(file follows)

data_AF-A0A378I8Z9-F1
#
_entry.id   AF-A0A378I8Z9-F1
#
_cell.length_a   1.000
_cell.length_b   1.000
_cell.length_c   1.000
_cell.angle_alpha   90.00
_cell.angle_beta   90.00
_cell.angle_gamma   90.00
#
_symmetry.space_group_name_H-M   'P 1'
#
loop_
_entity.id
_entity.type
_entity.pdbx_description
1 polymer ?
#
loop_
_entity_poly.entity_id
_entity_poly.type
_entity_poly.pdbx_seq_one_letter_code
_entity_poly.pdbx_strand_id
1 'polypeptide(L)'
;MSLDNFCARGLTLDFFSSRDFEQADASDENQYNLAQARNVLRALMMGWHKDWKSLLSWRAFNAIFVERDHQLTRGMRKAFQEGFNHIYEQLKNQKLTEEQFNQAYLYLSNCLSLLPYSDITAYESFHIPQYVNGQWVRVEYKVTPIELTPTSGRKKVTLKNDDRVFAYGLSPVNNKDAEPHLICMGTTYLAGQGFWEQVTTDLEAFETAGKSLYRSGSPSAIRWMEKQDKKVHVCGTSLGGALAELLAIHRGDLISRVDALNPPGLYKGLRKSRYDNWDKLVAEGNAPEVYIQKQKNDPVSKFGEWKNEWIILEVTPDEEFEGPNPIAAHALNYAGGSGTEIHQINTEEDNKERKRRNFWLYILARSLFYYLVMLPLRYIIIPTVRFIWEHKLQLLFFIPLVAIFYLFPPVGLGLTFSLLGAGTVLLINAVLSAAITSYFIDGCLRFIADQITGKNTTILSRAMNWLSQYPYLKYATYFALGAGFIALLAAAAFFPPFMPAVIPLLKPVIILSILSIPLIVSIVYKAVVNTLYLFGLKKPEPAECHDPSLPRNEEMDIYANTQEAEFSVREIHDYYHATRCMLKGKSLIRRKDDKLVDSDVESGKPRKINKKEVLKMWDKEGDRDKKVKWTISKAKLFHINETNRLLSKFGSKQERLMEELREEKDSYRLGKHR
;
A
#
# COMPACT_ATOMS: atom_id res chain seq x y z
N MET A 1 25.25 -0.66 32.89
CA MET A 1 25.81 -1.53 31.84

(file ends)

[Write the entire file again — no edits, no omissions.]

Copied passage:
data_AF-A0A378I8Z9-F1
#
_entry.id   AF-A0A378I8Z9-F1
#
_cell.length_a   1.000
_cell.length_b   1.000
_cell.length_c   1.000
_cell.angle_alpha   90.00
_cell.angle_beta   90.00
_cell.angle_gamma   90.00
#
_symmetry.space_group_name_H-M   'P 1'
#
loop_
_entity.id
_entity.type
_entity.pdbx_description
1 polymer ?
#
loop_
_entity_poly.entity_id
_entity_poly.type
_entity_poly.pdbx_seq_one_letter_code
_entity_poly.pdbx_strand_id
1 'polypeptide(L)'
;MSLDNFCARGLTLDFFSSRDFEQADASDENQYNLAQARNVLRALMMGWHKDWKSLLSWRAFNAIFVERDHQLTRGMRKAFQEGFNHIYEQLKNQKLTEEQFNQAYLYLSNCLSLLPYSDITAYESFHIPQYVNGQWVRVEYKVTPIELTPTSGRKKVTLKNDDRVFAYGLSPVNNKDAEPHLICMGTTYLAGQGFWEQVTTDLEAFETAGKSLYRSGSPSAIRWMEKQDKKVHVCGTSLGGALAELLAIHRGDLISRVDALNPPGLYKGLRKSRYDNWDKLVAEGNAPEVYIQKQKNDPVSKFGEWKNEWIILEVTPDEEFEGPNPIAAHALNYAGGSGTEIHQINTEEDNKERKRRNFWLYILARSLFYYLVMLPLRYIIIPTVRFIWEHKLQLLFFIPLVAIFYLFPPVGLGLTFSLLGAGTVLLINAVLSAAITSYFIDGCLRFIADQITGKNTTILSRAMNWLSQYPYLKYATYFALGAGFIALLAAAAFFPPFMPAVIPLLKPVIILSILSIPLIVSIVYKAVVNTLYLFGLKKPEPAECHDPSLPRNEEMDIYANTQEAEFSVREIHDYYHATRCMLKGKSLIRRKDDKLVDSDVESGKPRKINKKEVLKMWDKEGDRDKKVKWTISKAKLFHINETNRLLSKFGSKQERLMEELREEKDSYRLGKHR
;
A
#
# COMPACT_ATOMS: atom_id res chain seq x y z
N MET A 1 25.25 -0.66 32.89
CA MET A 1 25.81 -1.53 31.84